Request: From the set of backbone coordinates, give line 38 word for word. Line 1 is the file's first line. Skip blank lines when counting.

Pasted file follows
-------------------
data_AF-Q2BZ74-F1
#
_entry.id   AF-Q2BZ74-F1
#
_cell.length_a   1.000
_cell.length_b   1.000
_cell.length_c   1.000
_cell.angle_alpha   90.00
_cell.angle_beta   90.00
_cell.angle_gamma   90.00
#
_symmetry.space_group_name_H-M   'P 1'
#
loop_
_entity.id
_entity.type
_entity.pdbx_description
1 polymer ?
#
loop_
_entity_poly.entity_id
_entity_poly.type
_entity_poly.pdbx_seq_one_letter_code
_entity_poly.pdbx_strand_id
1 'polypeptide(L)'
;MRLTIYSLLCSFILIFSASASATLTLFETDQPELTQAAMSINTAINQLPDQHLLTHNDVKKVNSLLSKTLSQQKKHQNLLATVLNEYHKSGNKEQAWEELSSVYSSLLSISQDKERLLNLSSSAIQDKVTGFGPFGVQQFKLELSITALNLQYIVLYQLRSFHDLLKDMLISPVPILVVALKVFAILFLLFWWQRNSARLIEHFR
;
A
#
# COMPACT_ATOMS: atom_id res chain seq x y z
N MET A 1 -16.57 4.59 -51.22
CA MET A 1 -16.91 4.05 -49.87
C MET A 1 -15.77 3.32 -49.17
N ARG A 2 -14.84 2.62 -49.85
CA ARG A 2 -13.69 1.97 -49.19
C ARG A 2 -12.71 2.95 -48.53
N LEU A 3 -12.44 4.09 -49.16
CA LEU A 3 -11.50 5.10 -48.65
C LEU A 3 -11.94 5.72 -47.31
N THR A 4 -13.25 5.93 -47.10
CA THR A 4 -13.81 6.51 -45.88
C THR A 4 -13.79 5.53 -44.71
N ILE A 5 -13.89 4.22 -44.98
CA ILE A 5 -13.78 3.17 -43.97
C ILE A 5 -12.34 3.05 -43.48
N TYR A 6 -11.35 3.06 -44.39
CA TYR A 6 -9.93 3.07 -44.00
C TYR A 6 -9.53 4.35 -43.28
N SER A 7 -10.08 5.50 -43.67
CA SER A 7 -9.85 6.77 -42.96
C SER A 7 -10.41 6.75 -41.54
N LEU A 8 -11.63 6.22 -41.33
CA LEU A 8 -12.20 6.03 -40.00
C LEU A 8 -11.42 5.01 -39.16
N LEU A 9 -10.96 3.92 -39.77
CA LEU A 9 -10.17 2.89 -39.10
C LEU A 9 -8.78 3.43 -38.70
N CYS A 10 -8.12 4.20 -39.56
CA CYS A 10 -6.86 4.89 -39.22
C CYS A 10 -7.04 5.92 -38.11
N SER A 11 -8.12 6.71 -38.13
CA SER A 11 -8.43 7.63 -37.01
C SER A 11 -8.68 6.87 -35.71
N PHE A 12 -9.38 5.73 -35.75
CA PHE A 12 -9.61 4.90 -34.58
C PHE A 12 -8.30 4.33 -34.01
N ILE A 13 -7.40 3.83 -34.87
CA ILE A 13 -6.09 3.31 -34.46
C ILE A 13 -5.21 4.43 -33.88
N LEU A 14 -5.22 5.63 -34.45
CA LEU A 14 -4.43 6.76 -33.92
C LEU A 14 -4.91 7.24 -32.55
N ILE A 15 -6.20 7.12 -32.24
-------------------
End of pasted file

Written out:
CA LEU A 3 -11.50 5.10 -48.65